A study tracking 40million babies found the risk of birth complications start to increase when fathers are in their mid-30s, and significantly rise from the age of 45.
For decades women have been told they will put their children at risk if they pursue a career first and leave it until they are older to have a family.
But the new study, published in the British Medical Journal, shows men should also take responsibility.
Researcher Professor Michael Eisenberg, of Stanford University School of Medicine, said: ‘We tend to look at maternal factors in evaluating associated birth risks.
‘But this study shows that having a healthy baby is a team sport, and the father’s age contributes to the baby’s health, too.’
He said once a father hits 35, there’s a slight increase in birth defects, but the risk increases more sharply as men age into their 40s and 50s.
This is because with every year that a man ages, he accumulates on two new mutations in the DNA of his sperm.
Compared with fathers between the ages of 25 and 34, infants born to men between the age of 35 and 44 were about five per cent more likely to be born premature or of low birth weight.
For men aged 45 or older they were 14 per cent more likely to be admitted to intensive care, 14 per cent more likely to be born prematurely, 18 per cent more likely to have seizures and 14 per cent more likely to have a low birth weight.
If a father was 50 or older, the likelihood that their infant would need ventilation upon birth increased by 10 per cent, and the odds that they would require intensive care increased by 28 per cent.
Professor Eisenberg added: ‘What was really surprising was that there seemed to be an association between advanced paternal age and the chance that the mother would develop diabetes during pregnancy.’
For men age 45 and older, their partners were 28 per cent more likely to develop gestational diabetes, compared with fathers between 25 and 34.
He said the possible biological mechanisms at play on this point are unclear, but he suspects that the mother’s placenta has a role.
Some 18 per cent of children born in England and Wales have a father aged 40 and above, according to the Office of National Statistics.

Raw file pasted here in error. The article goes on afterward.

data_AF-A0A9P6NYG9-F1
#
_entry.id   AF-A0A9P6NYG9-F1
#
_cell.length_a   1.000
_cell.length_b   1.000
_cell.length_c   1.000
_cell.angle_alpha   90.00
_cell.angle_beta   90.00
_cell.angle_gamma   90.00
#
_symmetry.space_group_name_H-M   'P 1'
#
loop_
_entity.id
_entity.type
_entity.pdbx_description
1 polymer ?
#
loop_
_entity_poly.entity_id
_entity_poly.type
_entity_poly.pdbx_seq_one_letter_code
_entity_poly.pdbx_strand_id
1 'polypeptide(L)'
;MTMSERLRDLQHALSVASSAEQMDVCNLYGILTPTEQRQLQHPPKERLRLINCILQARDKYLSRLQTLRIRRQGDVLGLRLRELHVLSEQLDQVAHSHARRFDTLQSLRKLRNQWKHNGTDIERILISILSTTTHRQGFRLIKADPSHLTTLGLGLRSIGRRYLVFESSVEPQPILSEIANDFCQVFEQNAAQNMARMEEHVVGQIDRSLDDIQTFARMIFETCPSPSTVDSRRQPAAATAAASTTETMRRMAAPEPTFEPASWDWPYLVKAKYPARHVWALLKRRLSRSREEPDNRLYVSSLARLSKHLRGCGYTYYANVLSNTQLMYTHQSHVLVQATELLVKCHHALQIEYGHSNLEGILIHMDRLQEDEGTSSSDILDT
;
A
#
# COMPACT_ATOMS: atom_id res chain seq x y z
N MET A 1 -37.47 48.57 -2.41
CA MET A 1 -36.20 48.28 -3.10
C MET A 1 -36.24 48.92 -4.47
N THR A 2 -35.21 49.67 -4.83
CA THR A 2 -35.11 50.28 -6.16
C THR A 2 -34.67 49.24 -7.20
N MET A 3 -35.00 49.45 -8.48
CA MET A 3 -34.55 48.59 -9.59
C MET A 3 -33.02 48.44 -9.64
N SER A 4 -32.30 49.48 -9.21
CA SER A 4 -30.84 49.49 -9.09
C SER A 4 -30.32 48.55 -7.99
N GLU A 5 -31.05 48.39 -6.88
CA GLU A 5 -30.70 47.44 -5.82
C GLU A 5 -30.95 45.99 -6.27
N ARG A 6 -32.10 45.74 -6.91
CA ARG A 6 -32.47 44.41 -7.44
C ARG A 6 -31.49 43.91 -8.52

The average age of fathers in 2016 was 33.3, nearly four years older than 1974, when they were 29.4.
The age of mothers have increased at almost exactly the same rate – they had an average age of 30.4 in 2016, and 26.4 in 1974, also a rise of four years. But Professor Eisenberg said the absolute risks are still relatively low.
The absolute risks are still relatively low
He compared the increased risks to buying lottery tickets. ‘If you buy two lottery tickets instead of one, your chances of winning double, so it’s increased by 100 per cent,’ he said.
‘But that’s a relative increase. Because your chance of winning the lottery started very small, it’s still unlikely that you’re going to win the lottery. This is a very extreme example, but the same concept can be applied to how you think about these birth risks.’ The researchers wrote: ‘
A significant number of these negative birth outcomes were estimated to be prevented if older fathers had elected to have children before the age of 45 years.
‘The risks associated with advancing paternal age should be included in discussions regarding family planning and reproductive counselling.’
More mothers are waiting until later in life to have children, but pregnancy after 50 is still quite rare.
A woman’s fertility begins to decline in her early 30s. After age 35, her number of viable eggs starts to fall more quickly.
Women are born with a set amount of follicles – between one and two million – or immature eggs.
These develop at different rates. Some follicles never release an fully-fledged egg, but each month the ovaries release one egg to wait for fertilization in the uterus.
Most women only ovulate around 450 eggs over the course of their lives, so by their late 40s, most have run out and start to head toward menopause.
Menopause begins around age 51 for the average woman, at which point pregnancy becomes impossible.
However, even as fertility is declining among American women (and men) overall, one group is having a few more babies than they did in the past: older women.
The birthrate among women between 45 and 49 – the oldest group that the Centers for Disease Control and Prevention tracks – went up by 0.1 percent between 2016 and 2017.
In 2013, an estimated 677 American women over 50 gave birth, marking a 370 percent increase over the 144 such births in 1977.
So far, an Indian woman believed to be in her 70s who had a baby boy in 2016 is thought to be the oldest to give birth, though a 66-year-old holds the official record.
Celebrities too, have made headlines for having in their later years, including Janet Jackson who had her son, Eissa Al Mana, at age 50.
A growing number of women choose to freeze their eggs – which decline in quality with age – while they are younger, use IVF, surrogates or donor eggs in order to have children at more advanced ages.
But pregnancy after peak fertility can come with risks.
Older women are more likely to develop high blood pressure, preeclampsia, diabetes and heart problems, so most doctors screen them carefully if they are trying to conceive.
If women in this age group do get pregnant, doctors will continue to monitor them closely as a precaution, but they can certainly have healthy pregnancies, and a growing number are doing just that.